With naturals, the thing is, you can tell right away-always.
Maybe it’s a twelve -year-old kid just learning to fly around the park.
Maybe it’s an unknown teenager who’s effortlessly destroying the spot.
It could be a retired, broken-down ex-pro throwing up perfectly stalled inverts first try.
They may be separated by generations, but they have more in common than just riding a skateboard. They’re the naturals. They got the gift. All of them.
The rest of us have to work for this shit. No matter how hard we try to play it off, every trick we make holds surprises, and it stokes the hell out of us. For that one millisecond we get a glimpse of what it feels like, but our luck always runs out and we’re brought crashing back down to reality. For the naturals, though, it just comes. Sure they work at it and sometimes it’s hard for them but it’s just there and there’s no denying it. It’s the gift of being able to do things with their boards that fuels the rest of us to keep at it.
The first time I saw Darrell was in a grainy black-and-white shot his friend had taken of him switch flipping a good-sized set of stairs. It was a great photo. Not ’cause it was the biggest gap ever. It was great ’cause you could tell from that photo that he had it. You knew you were looking at a natural. To be honest, I don’t even know if he made it or not-it was just a perfect photo of a great skater. I wish I still had that photo. (I think I stapled it to Mic’s head and told him to find Darrell or his free ride was over.)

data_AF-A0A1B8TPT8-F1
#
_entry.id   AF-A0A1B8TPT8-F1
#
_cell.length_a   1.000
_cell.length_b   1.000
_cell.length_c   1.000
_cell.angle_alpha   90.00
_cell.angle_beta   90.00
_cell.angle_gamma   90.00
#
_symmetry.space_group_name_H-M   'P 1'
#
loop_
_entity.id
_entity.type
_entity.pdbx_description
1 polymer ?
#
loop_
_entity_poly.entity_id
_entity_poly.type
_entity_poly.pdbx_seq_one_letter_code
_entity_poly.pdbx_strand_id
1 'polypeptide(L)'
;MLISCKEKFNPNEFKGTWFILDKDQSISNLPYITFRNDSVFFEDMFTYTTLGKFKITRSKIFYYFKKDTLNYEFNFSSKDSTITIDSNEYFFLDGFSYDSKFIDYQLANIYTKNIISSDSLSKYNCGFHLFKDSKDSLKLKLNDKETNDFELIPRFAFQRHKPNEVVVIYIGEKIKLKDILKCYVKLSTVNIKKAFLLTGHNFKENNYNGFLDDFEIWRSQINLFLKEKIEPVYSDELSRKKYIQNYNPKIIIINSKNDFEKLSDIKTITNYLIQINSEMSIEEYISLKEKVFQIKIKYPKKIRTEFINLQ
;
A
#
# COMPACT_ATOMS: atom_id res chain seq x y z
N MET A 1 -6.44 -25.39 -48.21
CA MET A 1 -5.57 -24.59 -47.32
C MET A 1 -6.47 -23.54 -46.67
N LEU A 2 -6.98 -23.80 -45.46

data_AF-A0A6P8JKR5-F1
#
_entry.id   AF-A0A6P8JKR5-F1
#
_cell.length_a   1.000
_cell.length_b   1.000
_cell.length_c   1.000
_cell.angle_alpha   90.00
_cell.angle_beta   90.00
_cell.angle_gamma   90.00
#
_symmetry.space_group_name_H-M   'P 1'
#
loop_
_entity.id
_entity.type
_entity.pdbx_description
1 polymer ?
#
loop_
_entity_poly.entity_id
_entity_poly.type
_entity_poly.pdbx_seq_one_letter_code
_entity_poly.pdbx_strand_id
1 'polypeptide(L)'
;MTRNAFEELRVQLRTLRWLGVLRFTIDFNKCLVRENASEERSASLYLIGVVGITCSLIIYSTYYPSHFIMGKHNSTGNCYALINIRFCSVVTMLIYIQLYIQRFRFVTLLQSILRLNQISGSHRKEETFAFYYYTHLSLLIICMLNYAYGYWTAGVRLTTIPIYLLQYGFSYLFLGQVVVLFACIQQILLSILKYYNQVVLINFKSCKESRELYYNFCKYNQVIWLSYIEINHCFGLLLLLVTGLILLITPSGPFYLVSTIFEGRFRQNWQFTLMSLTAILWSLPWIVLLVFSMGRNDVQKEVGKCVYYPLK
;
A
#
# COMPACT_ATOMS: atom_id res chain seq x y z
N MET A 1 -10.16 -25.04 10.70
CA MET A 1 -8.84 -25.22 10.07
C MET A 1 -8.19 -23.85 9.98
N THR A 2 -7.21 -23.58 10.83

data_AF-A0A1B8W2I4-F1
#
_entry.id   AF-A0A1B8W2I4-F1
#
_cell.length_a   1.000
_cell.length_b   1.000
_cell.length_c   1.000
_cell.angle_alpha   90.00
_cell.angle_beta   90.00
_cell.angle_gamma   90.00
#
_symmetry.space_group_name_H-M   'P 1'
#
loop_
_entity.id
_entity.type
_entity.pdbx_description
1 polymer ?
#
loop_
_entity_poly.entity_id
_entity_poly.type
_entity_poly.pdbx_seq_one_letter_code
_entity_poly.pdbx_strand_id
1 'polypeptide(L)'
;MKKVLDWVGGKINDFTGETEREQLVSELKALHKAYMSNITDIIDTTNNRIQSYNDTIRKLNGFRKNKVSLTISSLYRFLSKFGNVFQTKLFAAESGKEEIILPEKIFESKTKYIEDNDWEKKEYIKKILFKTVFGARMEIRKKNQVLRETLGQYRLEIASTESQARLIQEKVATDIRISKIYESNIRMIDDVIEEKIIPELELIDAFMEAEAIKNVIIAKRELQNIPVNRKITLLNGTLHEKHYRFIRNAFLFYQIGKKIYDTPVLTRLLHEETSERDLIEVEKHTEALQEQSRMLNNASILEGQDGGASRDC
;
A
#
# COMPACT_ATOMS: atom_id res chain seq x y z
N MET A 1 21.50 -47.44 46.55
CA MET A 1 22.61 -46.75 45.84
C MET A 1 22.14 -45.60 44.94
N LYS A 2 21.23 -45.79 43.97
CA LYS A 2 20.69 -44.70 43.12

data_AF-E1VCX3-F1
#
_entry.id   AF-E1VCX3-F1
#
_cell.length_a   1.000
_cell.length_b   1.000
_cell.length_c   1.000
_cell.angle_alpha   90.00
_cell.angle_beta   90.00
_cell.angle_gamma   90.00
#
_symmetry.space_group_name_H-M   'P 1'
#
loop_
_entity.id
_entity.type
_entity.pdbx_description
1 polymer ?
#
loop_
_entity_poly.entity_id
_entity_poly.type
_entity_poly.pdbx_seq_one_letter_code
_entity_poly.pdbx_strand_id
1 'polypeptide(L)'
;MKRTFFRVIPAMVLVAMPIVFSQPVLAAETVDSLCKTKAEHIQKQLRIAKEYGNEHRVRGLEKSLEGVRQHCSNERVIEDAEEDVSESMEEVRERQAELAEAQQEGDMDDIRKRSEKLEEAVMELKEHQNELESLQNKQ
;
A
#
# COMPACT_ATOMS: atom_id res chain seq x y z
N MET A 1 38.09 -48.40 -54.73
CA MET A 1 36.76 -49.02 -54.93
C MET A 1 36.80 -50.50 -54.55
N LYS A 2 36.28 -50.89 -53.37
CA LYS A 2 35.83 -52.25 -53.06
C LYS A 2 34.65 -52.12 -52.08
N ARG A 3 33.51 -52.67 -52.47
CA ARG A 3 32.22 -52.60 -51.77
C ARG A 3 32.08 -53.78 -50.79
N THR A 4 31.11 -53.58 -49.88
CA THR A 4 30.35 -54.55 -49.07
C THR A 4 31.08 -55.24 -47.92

And now only a few years since that photo was shot, you all know Darrell, too. You know the shit he’s done. He’s pretty much been on tour nonstop, and in his own positive and friendly way he’s killed it all. He’s down to get it done. Focused but keeping it light-not afraid to be in the spotlight but not chasing it, either. Darrell’s done it right. And it’s only been a couple years since he hit the game. Think of what’s coming down the road. It’s going to get sick.
Take what you see in these next few pages of Darrell as motivation. Get out there and get some of your own. Stop crying and start slamming. It’ll all be worth it. Those few seconds of the fix are all you need to stay hooked. And I’m sure he’d be stoked to see you going for it, too.-Jim Thiebaud